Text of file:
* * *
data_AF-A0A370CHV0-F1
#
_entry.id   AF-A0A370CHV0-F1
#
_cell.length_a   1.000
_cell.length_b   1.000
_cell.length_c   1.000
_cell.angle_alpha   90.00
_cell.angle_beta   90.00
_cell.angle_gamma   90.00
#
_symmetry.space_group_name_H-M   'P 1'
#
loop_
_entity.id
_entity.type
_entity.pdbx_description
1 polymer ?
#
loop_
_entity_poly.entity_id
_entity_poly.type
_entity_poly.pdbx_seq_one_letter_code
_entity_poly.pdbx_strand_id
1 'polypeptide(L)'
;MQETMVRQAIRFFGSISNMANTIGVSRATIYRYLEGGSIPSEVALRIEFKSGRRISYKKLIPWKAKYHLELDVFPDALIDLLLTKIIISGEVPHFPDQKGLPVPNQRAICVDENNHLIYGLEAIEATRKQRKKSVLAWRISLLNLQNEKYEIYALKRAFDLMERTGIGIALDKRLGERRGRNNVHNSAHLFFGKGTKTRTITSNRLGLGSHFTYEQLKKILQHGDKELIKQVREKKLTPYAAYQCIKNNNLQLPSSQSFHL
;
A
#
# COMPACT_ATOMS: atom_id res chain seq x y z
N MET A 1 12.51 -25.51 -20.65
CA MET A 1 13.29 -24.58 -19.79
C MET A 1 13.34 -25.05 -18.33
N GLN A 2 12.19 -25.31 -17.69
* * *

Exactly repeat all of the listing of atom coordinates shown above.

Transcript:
data_AF-A0A370CHV0-F1
#
_entry.id   AF-A0A370CHV0-F1
#
_cell.length_a   1.000
_cell.length_b   1.000
_cell.length_c   1.000
_cell.angle_alpha   90.00
_cell.angle_beta   90.00
_cell.angle_gamma   90.00
#
_symmetry.space_group_name_H-M   'P 1'
#
loop_
_entity.id
_entity.type
_entity.pdbx_description
1 polymer ?
#
loop_
_entity_poly.entity_id
_entity_poly.type
_entity_poly.pdbx_seq_one_letter_code
_entity_poly.pdbx_strand_id
1 'polypeptide(L)'
;MQETMVRQAIRFFGSISNMANTIGVSRATIYRYLEGGSIPSEVALRIEFKSGRRISYKKLIPWKAKYHLELDVFPDALIDLLLTKIIISGEVPHFPDQKGLPVPNQRAICVDENNHLIYGLEAIEATRKQRKKSVLAWRISLLNLQNEKYEIYALKRAFDLMERTGIGIALDKRLGERRGRNNVHNSAHLFFGKGTKTRTITSNRLGLGSHFTYEQLKKILQHGDKELIKQVREKKLTPYAAYQCIKNNNLQLPSSQSFHL
;
A
#
# COMPACT_ATOMS: atom_id res chain seq x y z
N MET A 1 12.51 -25.51 -20.65
CA MET A 1 13.29 -24.58 -19.79
C MET A 1 13.34 -25.05 -18.33
N GLN A 2 12.19 -25.31 -17.69